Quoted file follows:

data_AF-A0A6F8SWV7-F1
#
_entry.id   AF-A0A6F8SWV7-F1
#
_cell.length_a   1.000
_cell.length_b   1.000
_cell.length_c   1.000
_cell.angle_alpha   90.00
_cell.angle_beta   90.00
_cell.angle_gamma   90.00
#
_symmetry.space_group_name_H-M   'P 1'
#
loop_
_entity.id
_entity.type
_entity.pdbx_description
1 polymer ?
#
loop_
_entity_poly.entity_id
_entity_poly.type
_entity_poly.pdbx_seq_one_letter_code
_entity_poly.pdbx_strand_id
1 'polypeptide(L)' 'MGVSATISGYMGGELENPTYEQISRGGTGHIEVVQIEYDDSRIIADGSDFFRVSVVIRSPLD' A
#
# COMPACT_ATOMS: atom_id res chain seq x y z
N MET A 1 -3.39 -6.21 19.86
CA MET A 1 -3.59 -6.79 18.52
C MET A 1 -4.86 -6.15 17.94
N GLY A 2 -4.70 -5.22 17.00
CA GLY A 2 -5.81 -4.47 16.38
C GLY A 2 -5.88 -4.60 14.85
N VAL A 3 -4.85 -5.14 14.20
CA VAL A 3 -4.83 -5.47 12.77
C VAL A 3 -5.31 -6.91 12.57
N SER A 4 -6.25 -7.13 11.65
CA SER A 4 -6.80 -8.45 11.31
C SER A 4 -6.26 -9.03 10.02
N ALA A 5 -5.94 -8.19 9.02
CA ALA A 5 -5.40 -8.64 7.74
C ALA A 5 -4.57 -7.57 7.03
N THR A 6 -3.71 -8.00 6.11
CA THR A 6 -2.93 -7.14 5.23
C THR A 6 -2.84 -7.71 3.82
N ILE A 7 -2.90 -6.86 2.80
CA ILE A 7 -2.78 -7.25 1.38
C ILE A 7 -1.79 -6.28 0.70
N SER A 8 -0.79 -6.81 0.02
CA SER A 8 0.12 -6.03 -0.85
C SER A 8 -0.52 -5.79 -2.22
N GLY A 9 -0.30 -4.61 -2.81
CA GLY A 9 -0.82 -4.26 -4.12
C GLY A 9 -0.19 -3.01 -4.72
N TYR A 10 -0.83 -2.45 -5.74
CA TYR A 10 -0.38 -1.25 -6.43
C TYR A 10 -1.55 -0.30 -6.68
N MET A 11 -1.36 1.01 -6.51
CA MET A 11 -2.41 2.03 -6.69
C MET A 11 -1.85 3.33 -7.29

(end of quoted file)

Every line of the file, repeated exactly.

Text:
data_AF-A0A6F8SWV7-F1
#
_entry.id   AF-A0A6F8SWV7-F1
#
_cell.length_a   1.000
_cell.length_b   1.000
_cell.length_c   1.000
_cell.angle_alpha   90.00
_cell.angle_beta   90.00
_cell.angle_gamma   90.00
#
_symmetry.space_group_name_H-M   'P 1'
#
loop_
_entity.id
_entity.type
_entity.pdbx_description
1 polymer ?
#
loop_
_entity_poly.entity_id
_entity_poly.type
_entity_poly.pdbx_seq_one_letter_code
_entity_poly.pdbx_strand_id
1 'polypeptide(L)' 'MGVSATISGYMGGELENPTYEQISRGGTGHIEVVQIEYDDSRIIADGSDFFRVSVVIRSPLD' A
#
# COMPACT_ATOMS: atom_id res chain seq x y z
N MET A 1 -3.39 -6.21 19.86
CA MET A 1 -3.59 -6.79 18.52
C MET A 1 -4.86 -6.15 17.94
N GLY A 2 -4.70 -5.22 17.00
CA GLY A 2 -5.81 -4.47 16.38
C GLY A 2 -5.88 -4.60 14.85
N VAL A 3 -4.85 -5.14 14.20
CA VAL A 3 -4.83 -5.47 12.77
C VAL A 3 -5.31 -6.91 12.57
N SER A 4 -6.25 -7.13 11.65
CA SER A 4 -6.80 -8.45 11.31
C SER A 4 -6.26 -9.03 10.02
N ALA A 5 -5.94 -8.19 9.02
CA ALA A 5 -5.40 -8.64 7.74
C ALA A 5 -4.57 -7.57 7.03
N THR A 6 -3.71 -8.00 6.11
CA THR A 6 -2.93 -7.14 5.23
C THR A 6 -2.84 -7.71 3.82
N ILE A 7 -2.90 -6.86 2.80
CA ILE A 7 -2.78 -7.25 1.38
C ILE A 7 -1.79 -6.28 0.70
N SER A 8 -0.79 -6.81 0.02
CA SER A 8 0.12 -6.03 -0.85
C SER A 8 -0.52 -5.79 -2.22
N GLY A 9 -0.30 -4.61 -2.81
CA GLY A 9 -0.82 -4.26 -4.12
C GLY A 9 -0.19 -3.01 -4.72
N TYR A 10 -0.83 -2.45 -5.74
CA TYR A 10 -0.38 -1.25 -6.43
C TYR A 10 -1.55 -0.30 -6.68
N MET A 11 -1.36 1.01 -6.51
CA MET A 11 -2.41 2.03 -6.69
C MET A 11 -1.85 3.33 -7.29